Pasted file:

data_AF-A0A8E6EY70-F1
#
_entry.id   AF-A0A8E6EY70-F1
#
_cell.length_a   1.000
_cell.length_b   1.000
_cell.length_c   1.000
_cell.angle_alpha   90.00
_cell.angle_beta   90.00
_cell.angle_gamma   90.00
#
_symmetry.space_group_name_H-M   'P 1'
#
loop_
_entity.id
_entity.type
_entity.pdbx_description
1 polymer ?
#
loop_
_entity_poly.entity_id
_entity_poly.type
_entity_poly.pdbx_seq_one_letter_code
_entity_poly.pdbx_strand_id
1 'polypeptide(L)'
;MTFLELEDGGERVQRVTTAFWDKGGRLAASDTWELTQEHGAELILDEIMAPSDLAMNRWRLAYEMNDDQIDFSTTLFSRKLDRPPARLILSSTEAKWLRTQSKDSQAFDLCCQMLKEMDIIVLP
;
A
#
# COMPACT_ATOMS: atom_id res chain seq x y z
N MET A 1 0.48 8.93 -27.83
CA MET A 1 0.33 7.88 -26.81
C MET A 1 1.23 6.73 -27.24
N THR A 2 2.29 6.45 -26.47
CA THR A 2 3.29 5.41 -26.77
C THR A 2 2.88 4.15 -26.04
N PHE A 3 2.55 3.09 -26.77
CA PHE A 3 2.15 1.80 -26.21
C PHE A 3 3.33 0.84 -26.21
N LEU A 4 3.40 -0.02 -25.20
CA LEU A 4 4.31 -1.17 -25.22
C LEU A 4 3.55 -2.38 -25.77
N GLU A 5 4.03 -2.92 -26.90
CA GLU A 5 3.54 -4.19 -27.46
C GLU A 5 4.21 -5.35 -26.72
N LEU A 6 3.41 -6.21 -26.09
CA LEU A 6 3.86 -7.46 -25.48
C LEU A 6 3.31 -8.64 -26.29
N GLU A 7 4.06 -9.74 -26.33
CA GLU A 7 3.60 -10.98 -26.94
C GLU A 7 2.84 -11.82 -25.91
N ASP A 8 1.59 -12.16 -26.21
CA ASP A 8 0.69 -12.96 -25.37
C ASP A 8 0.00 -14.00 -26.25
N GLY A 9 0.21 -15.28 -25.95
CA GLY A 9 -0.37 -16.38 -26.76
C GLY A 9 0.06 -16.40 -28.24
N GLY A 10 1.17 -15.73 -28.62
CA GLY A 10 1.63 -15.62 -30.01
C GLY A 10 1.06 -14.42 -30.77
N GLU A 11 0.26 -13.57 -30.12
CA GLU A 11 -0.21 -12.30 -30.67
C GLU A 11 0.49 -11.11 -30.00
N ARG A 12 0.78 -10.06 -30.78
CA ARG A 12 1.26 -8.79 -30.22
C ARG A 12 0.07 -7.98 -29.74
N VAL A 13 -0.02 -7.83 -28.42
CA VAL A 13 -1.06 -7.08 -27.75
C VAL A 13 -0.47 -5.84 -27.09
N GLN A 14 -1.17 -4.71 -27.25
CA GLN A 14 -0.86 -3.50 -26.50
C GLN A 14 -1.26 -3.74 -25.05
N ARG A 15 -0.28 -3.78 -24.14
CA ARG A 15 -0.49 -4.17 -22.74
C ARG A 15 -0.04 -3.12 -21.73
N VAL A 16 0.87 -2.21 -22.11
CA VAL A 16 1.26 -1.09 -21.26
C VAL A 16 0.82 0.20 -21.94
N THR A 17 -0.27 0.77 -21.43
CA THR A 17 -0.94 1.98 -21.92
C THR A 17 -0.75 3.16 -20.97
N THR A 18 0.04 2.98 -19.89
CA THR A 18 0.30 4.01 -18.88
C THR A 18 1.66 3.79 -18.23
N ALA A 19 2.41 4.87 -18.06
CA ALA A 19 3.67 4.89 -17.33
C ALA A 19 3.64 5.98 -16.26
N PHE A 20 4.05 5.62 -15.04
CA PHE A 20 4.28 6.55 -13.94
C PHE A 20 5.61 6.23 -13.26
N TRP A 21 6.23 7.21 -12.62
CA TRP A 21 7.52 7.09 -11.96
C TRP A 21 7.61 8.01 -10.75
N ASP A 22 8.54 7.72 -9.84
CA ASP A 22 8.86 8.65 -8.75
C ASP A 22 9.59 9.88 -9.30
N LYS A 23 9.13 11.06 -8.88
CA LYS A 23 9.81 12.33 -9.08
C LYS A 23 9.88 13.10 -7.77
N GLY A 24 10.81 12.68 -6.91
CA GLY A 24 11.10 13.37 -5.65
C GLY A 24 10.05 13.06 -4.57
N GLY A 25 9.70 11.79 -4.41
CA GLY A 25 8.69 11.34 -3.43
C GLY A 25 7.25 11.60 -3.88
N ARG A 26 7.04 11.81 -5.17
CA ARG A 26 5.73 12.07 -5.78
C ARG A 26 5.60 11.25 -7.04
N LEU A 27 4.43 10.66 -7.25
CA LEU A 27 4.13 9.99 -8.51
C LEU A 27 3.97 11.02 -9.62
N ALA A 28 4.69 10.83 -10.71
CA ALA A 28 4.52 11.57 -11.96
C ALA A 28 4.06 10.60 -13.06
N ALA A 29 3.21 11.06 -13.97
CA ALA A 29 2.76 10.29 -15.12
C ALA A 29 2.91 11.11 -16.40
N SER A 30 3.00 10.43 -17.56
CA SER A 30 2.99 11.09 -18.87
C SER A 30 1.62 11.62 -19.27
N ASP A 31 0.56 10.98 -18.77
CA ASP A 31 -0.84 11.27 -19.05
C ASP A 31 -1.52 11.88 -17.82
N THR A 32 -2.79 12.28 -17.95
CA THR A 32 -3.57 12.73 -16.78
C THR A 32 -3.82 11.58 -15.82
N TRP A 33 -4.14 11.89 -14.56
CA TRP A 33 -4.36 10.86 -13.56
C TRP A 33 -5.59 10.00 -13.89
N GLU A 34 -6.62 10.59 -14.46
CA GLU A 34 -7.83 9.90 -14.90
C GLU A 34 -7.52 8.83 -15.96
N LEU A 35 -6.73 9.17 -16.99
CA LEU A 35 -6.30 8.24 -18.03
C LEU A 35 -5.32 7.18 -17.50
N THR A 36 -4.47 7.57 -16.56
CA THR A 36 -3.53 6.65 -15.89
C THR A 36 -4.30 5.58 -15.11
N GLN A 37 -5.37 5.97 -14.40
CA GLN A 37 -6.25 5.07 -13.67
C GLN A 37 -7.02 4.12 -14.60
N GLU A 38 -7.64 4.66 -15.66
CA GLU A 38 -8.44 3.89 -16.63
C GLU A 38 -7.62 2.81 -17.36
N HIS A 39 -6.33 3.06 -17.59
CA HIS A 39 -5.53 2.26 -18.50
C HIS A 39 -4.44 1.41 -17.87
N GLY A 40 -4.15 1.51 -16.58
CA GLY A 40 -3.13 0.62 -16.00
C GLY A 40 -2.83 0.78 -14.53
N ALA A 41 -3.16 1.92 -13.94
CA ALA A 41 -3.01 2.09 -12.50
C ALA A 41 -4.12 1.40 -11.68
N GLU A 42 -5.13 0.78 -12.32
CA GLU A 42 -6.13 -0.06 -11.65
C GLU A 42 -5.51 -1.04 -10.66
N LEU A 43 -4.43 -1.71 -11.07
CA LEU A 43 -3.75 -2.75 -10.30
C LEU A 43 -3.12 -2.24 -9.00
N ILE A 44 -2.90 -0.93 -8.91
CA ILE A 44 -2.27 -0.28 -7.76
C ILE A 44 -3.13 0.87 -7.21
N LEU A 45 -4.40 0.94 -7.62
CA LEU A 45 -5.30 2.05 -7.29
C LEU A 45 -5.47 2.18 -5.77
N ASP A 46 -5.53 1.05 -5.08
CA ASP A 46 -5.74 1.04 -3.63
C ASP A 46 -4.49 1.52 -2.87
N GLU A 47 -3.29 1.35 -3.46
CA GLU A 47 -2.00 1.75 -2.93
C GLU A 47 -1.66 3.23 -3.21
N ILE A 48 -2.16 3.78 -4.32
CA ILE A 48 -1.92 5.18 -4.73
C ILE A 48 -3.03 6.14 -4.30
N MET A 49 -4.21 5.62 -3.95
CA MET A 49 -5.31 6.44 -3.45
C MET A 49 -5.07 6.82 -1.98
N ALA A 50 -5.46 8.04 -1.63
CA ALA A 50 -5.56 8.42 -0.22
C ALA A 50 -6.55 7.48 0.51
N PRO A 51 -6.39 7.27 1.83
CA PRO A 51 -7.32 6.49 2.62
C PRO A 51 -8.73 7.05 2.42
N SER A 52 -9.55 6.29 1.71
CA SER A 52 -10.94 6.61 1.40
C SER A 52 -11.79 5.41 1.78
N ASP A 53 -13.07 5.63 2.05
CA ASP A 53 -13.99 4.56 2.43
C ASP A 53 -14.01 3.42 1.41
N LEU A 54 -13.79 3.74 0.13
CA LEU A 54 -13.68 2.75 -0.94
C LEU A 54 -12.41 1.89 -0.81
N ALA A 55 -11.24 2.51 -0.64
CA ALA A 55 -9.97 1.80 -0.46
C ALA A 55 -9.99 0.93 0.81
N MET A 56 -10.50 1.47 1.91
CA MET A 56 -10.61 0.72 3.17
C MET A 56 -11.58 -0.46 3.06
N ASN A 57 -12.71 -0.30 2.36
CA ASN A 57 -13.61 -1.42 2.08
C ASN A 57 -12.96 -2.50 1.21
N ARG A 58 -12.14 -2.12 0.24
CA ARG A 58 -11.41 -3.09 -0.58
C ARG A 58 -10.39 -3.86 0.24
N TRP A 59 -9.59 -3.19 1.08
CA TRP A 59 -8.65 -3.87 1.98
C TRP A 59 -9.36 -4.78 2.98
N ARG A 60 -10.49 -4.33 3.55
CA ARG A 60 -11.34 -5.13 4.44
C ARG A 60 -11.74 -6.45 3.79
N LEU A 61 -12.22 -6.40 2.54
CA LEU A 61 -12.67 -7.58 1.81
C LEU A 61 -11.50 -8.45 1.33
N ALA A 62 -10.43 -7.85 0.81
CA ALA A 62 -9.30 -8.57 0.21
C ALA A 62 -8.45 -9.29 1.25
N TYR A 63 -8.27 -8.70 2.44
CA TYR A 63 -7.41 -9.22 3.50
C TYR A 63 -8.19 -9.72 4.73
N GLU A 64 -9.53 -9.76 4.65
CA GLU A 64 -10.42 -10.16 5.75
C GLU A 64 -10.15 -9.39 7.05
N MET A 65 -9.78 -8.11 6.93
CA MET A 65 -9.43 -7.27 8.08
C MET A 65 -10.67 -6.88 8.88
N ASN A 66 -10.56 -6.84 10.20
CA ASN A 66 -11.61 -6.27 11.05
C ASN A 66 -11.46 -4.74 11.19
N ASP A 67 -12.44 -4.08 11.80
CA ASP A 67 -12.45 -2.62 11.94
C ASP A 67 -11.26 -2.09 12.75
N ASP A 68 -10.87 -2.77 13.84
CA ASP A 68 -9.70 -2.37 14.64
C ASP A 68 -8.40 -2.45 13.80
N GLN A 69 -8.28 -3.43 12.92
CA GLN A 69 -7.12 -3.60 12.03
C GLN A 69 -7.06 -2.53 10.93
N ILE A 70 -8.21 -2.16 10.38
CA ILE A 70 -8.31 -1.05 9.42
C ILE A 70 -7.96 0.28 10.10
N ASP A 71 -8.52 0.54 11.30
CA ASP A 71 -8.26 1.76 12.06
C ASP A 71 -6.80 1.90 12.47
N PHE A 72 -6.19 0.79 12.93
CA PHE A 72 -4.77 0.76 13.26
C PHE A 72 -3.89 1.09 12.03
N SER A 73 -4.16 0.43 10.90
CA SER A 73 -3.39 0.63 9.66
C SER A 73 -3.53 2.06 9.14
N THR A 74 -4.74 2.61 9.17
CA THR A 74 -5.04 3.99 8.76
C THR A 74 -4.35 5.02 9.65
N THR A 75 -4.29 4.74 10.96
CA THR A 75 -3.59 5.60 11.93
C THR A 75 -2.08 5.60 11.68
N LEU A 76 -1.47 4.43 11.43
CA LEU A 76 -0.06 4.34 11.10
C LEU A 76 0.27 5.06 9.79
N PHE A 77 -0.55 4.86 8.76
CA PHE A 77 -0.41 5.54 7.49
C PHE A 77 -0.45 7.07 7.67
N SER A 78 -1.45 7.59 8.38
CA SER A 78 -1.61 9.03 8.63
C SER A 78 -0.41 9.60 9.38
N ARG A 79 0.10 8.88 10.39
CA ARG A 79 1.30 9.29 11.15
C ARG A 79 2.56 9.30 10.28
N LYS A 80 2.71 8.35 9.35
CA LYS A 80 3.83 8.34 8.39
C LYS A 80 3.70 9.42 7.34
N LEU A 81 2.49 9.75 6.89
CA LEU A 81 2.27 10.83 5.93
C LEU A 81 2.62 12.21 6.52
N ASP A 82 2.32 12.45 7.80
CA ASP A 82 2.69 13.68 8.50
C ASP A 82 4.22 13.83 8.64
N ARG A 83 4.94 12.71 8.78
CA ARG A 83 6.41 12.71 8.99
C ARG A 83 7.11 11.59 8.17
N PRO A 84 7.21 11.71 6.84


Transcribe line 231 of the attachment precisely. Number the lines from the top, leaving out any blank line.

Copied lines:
C ASP A 67 -11.26 -2.09 12.75